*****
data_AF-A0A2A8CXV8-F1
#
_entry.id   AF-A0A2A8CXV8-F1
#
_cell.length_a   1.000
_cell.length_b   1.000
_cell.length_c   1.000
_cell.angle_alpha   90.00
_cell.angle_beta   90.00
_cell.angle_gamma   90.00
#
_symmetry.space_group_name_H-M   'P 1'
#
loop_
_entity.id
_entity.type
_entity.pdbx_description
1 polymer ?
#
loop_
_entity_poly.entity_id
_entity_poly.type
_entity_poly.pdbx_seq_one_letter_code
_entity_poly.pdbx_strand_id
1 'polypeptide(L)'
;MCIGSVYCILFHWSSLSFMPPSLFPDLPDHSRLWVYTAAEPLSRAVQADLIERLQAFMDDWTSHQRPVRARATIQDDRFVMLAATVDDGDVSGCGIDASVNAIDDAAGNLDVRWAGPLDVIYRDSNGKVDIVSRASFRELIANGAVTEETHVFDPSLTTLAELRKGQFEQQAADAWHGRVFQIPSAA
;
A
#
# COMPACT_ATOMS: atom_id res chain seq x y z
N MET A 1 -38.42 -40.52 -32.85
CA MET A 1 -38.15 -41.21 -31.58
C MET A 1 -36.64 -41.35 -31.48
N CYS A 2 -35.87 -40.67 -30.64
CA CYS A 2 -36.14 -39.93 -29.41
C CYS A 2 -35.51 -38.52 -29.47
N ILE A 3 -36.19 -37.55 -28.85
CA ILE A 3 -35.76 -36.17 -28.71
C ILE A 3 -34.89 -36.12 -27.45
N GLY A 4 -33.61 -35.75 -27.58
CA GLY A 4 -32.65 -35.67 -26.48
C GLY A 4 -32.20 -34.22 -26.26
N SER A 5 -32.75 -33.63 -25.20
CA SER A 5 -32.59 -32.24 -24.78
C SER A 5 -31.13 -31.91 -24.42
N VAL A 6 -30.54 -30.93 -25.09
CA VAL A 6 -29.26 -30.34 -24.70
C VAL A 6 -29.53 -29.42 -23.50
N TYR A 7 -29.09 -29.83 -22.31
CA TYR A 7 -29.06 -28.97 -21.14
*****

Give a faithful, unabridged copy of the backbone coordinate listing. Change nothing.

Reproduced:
data_AF-A0A2A8CXV8-F1
#
_entry.id   AF-A0A2A8CXV8-F1
#
_cell.length_a   1.000
_cell.length_b   1.000
_cell.length_c   1.000
_cell.angle_alpha   90.00
_cell.angle_beta   90.00
_cell.angle_gamma   90.00
#
_symmetry.space_group_name_H-M   'P 1'
#
loop_
_entity.id
_entity.type
_entity.pdbx_description
1 polymer ?
#
loop_
_entity_poly.entity_id
_entity_poly.type
_entity_poly.pdbx_seq_one_letter_code
_entity_poly.pdbx_strand_id
1 'polypeptide(L)'
;MCIGSVYCILFHWSSLSFMPPSLFPDLPDHSRLWVYTAAEPLSRAVQADLIERLQAFMDDWTSHQRPVRARATIQDDRFVMLAATVDDGDVSGCGIDASVNAIDDAAGNLDVRWAGPLDVIYRDSNGKVDIVSRASFRELIANGAVTEETHVFDPSLTTLAELRKGQFEQQAADAWHGRVFQIPSAA
;
A
#
# COMPACT_ATOMS: atom_id res chain seq x y z
N MET A 1 -38.42 -40.52 -32.85
CA MET A 1 -38.15 -41.21 -31.58
C MET A 1 -36.64 -41.35 -31.48
N CYS A 2 -35.87 -40.67 -30.64
CA CYS A 2 -36.14 -39.93 -29.41
C CYS A 2 -35.51 -38.52 -29.47
N ILE A 3 -36.19 -37.55 -28.85
CA ILE A 3 -35.76 -36.17 -28.71
C ILE A 3 -34.89 -36.12 -27.45
N GLY A 4 -33.61 -35.75 -27.58
CA GLY A 4 -32.65 -35.67 -26.48
C GLY A 4 -32.20 -34.22 -26.26
N SER A 5 -32.75 -33.63 -25.20
CA SER A 5 -32.59 -32.24 -24.78
C SER A 5 -31.13 -31.91 -24.42
N VAL A 6 -30.54 -30.93 -25.09
CA VAL A 6 -29.26 -30.34 -24.70
C VAL A 6 -29.53 -29.42 -23.50
N TYR A 7 -29.09 -29.83 -22.31
CA TYR A 7 -29.06 -28.97 -21.14